I just uploaded my habilitation thesis on the Terminology, Taxonomy, Methodology and Countermeasures of Network Information Hiding to my private server. You can download it here: PDF. I can also send you a printed copy if you like (small fee for print and mailing, just to cover my own costs).
Network information hiding is the research discipline that deals with the concealment of network transmissions or their characteristics. It serves as an umbrella for multiple research domains, namely network covert channel research, network steganography research, and traffic obfuscation research. The focus of this thesis lies primarily on network steganography and network covert channel research.
This thesis was motivated by the fact that network information hiding requires a better scientific foundation. When the author started to work on this thesis, scientific re-inventions of hiding techniques were common (similar or equal techniques were published under different names by different scientific sub-communities). This is, at least partially, rooted in the non-unified terminology of the domain, and in the sheer fact that the ever-increasing number of publications in the domain is hardly knowable. Moreover, experimental results and descriptions for hiding techniques are hardly comparable as there is no unified standard for describing them. This is a contrast to other scientific domains, such as Chemistry, were (de facto) standards for experimental descriptions are common. Another problem is that experimental results are not replicated while other scientific domains have shown that replication studies are a necessity to ensure the quality of scientific results. Finally, there is an imbalance between known hiding techniques and their countermeasures: not enough countermeasures are known to combat all known hiding techniques.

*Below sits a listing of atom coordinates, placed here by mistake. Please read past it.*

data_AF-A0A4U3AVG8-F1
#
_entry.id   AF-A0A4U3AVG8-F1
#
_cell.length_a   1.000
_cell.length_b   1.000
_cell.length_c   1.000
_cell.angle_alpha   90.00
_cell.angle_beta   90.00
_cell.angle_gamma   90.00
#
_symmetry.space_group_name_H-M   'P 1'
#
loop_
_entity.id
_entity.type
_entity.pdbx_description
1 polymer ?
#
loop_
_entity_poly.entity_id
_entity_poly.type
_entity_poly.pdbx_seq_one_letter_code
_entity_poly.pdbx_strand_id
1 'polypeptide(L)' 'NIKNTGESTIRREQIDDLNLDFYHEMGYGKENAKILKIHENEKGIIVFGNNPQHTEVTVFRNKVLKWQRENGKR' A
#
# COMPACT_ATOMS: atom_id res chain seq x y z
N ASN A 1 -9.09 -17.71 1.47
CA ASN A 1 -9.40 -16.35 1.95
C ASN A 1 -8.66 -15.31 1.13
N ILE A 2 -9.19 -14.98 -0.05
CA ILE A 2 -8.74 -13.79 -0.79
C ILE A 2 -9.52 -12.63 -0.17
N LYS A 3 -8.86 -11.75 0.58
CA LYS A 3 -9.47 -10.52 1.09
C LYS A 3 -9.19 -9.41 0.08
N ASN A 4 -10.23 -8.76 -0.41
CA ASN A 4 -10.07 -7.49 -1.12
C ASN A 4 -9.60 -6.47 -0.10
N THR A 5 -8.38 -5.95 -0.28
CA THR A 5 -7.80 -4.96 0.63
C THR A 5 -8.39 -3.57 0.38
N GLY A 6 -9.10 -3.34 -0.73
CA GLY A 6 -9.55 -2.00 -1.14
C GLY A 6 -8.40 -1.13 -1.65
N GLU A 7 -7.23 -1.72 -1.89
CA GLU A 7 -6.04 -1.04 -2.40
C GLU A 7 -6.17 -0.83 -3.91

To address these issues, this thesis motivates and proposes methodological adjustments in network information hiding and lays the foundation for an improved fundamental terminology and taxonomy.
Moreover, hiding techniques are surveyed and summarized in the form of abstract descriptions, called hiding patterns, which form an extensible taxonomy. These hiding patterns are then used as a tool to evaluate the novelty of research contributions in a scientific peer-review process. Afterwards, this thesis addresses the problem of inconsistent descriptions of hiding techniques by proposing a unified description method for the same, including hiding patterns as a core component of every description. This thesis also introduces the WoDiCoF testbed as a framework to perform replication studies.
Afterwards, the concept of countermeasure variation is introduced to address the problem of not having countermeasures available for certain hiding patterns. Finally, the proposed pattern-based taxonomy is enhanced to demonstrate the extensibility of the taxonomy and to integrate payload-based hiding techniques which were not foreseen in the earlier version of the taxonomy.